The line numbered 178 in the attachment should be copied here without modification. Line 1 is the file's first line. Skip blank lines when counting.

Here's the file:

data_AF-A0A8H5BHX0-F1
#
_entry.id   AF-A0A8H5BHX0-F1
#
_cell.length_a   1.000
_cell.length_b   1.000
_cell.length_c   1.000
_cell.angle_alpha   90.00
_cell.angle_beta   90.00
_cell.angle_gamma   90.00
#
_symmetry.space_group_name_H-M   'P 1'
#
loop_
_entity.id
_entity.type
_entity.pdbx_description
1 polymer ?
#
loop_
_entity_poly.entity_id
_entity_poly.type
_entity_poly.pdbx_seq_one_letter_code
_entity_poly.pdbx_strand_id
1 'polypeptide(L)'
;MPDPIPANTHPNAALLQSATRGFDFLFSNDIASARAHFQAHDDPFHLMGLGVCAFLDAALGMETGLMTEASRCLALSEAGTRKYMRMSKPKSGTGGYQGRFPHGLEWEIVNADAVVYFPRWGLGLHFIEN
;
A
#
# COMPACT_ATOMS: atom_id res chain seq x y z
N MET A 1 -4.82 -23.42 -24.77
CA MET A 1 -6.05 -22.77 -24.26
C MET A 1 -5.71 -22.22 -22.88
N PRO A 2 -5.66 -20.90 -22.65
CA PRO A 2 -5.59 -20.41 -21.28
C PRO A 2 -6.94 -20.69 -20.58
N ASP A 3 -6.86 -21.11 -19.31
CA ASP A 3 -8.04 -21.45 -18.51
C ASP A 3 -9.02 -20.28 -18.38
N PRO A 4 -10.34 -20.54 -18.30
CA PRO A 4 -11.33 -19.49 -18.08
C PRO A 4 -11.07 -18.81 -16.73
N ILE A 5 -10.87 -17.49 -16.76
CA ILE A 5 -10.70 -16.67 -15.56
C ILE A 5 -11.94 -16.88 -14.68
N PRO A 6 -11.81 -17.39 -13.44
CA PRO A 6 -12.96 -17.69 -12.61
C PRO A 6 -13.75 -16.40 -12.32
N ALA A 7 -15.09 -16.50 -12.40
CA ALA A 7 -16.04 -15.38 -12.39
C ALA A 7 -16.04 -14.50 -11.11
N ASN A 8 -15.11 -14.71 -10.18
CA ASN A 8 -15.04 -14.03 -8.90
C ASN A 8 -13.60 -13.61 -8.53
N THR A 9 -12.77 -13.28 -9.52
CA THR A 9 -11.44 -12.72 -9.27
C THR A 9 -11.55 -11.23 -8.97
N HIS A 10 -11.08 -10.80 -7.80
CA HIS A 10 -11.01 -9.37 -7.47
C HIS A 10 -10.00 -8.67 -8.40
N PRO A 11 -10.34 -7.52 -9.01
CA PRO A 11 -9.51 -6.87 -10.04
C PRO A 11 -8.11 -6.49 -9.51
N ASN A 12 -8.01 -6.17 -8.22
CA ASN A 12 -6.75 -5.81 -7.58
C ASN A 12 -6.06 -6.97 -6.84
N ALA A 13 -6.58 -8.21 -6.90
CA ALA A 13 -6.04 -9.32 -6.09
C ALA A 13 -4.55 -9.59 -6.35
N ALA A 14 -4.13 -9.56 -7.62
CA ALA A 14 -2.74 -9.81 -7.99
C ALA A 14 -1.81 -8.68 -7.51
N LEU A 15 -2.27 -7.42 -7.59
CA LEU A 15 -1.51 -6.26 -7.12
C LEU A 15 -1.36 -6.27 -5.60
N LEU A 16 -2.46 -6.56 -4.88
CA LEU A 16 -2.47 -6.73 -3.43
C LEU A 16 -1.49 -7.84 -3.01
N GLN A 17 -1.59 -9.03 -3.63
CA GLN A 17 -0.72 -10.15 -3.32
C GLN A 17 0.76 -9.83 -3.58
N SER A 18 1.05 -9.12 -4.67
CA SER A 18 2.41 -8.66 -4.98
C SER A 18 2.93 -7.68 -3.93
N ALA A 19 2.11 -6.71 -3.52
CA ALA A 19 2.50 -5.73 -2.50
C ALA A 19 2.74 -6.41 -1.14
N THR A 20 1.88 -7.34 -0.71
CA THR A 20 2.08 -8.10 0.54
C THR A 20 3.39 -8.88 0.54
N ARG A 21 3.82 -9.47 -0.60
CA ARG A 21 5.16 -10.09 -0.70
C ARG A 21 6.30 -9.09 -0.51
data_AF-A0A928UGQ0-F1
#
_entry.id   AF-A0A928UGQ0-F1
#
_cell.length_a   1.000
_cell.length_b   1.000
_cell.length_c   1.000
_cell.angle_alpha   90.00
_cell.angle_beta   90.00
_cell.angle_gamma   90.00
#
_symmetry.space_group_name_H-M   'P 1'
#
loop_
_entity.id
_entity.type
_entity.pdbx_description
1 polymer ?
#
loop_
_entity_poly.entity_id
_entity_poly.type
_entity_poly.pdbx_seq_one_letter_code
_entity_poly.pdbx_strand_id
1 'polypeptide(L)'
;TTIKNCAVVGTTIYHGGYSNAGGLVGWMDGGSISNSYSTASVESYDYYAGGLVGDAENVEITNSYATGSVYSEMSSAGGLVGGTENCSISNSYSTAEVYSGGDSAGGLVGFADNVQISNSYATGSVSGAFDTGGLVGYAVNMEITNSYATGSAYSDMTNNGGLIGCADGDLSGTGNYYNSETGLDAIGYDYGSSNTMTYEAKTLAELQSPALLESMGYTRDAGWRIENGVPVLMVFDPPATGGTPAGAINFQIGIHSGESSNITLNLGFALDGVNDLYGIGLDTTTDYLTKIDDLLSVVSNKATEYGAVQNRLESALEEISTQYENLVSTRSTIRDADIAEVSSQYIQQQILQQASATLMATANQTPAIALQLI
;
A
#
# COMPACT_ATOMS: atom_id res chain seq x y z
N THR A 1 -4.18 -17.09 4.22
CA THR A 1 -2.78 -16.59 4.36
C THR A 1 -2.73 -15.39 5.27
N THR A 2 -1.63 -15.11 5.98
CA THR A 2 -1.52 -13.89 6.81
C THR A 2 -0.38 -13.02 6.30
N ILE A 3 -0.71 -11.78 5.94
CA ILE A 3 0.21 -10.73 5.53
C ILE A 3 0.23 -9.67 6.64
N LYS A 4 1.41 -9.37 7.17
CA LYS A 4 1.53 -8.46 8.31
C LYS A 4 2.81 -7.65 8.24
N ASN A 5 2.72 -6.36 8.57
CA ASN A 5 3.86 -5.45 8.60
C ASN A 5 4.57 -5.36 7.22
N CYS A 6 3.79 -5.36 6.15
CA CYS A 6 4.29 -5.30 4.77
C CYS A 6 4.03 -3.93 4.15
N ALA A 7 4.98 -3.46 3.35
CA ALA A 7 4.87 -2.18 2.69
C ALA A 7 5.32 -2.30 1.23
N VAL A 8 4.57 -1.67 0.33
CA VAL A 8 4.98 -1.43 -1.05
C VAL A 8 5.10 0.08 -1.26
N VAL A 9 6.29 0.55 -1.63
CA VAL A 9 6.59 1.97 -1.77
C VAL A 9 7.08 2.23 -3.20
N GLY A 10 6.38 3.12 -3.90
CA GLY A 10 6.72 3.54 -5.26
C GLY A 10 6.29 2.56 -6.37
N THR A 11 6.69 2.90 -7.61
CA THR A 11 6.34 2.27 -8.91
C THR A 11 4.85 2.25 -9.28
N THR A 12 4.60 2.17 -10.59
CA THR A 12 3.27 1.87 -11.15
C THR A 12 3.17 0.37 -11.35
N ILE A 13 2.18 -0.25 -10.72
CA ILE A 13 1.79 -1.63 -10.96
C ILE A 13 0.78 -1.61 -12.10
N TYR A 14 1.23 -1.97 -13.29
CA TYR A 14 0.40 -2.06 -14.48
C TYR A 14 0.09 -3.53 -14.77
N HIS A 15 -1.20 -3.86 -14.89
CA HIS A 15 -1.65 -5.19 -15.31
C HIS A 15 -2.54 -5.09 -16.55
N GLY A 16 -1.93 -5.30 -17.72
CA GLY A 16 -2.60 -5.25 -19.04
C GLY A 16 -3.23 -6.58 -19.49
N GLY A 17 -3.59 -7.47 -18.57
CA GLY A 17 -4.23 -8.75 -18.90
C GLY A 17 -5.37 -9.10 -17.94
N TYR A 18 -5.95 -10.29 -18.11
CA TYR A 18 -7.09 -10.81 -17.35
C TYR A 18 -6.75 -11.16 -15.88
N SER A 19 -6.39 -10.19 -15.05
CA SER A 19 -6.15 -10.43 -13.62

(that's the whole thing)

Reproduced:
N SER A 19 -6.39 -10.19 -15.05